The other statistics released give a good indication as to the possible cause of this issue, with over 2000 people every single day finding themselves being made redundant in the UK and over 9000 contacting the Citizens Advice Bureau in regard to debt. 1000 seek some sort of formal debt restructuring plan every single day.

The figures are pretty depressing entering the New Year, but there’s good news too. The rise in the rate of unemployment, though it does continue, is slowing down. The recession is expected to have formally ended during the final quarter of 2009 (something that will hopefully be confirmed soon) and the economy is expected to begin a very slow recovery. While it will be a long time before we are enjoying the financial boom of the early 2000s, things are certainly looking up.

This, however, will be little consolation for those whose homes have been repossessed as a result of personal debt or financial difficulties.

Posted on in Debt.

Cash Strapped and Still Spending

Retailers are rubbing their hands this Monday morning, following the last weekend before Christmas. It seems that eager shoppers were more keen even than last year to get out, in spite of adverse weather conditions in many places.

The weekend got off to a spend-happy start with Friday 18th December being the busiest day for cash withdrawals this year. In the house between 12pm and 1pm, the great British public withdrew £24000 every second! And it’s this cash that was used to line the tills of the country’s biggest retailers.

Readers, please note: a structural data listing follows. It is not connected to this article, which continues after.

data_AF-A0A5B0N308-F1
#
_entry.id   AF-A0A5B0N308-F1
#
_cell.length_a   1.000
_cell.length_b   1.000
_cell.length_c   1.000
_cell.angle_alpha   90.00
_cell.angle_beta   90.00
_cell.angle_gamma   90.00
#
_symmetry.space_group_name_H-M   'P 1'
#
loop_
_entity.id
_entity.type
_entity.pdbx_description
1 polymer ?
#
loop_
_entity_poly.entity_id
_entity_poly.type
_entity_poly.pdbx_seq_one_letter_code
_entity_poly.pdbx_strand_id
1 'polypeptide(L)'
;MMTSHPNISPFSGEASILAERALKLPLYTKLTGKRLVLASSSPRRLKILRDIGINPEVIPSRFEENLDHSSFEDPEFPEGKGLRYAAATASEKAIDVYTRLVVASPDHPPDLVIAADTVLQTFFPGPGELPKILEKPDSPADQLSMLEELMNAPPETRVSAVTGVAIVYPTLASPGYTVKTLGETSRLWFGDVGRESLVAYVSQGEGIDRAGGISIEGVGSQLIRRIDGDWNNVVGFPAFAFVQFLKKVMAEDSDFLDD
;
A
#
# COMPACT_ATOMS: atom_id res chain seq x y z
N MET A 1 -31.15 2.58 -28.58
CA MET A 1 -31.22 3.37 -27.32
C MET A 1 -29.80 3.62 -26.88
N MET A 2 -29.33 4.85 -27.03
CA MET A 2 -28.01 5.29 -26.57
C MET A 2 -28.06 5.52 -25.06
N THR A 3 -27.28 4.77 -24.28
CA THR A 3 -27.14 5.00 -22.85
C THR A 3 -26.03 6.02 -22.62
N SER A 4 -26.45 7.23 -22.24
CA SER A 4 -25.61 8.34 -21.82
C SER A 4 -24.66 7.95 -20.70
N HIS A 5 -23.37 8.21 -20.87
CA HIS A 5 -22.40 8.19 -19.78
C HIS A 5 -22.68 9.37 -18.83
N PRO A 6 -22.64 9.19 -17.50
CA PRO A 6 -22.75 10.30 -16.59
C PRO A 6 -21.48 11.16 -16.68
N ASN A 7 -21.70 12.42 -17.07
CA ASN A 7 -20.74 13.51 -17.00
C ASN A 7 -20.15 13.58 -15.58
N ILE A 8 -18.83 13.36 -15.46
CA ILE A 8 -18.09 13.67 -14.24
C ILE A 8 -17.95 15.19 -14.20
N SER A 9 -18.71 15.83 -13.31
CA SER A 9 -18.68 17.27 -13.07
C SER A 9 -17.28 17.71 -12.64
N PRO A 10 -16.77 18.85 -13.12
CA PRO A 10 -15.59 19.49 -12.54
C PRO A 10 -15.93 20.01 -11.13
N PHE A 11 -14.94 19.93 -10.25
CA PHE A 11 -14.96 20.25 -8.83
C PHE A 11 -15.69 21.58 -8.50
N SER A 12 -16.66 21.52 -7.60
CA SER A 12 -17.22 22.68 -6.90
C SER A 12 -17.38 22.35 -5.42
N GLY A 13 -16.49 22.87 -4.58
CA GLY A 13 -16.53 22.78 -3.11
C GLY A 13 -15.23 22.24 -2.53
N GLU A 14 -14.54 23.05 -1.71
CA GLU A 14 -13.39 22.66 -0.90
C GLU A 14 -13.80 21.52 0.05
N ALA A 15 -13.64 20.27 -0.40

Despite a year that has seen over 700000 jobs lost, the Brits are still happy to spend, spend, spend across the festive season, with John Lewis reporting an increase in sales of 15% on last year! Capital Shopping Centres, the company who own the Metro Centre in Gateshead and a number of others around the country have recorded 7 million people visiting their centres in the last week.

Of course, what remains to be seen is how much of this Christmas spending will return to haunt consumers in the New Year. January is typically a month which sees the highest number of debt defaults. However, experts are warning that, after a financially dismal 2009 and an extremely high number of job losses, that January 2010 could be a record breaker in all the wrong ways.

Posted on in Debt.

Debt Management – Shouldn’t the Government Lead by Example?

As consumers, we are frequently reminded of the importance of exercising sensibility with our money. The average personal debt in the UK is over £30000 and so employing some conservative spending tactics is sound advice.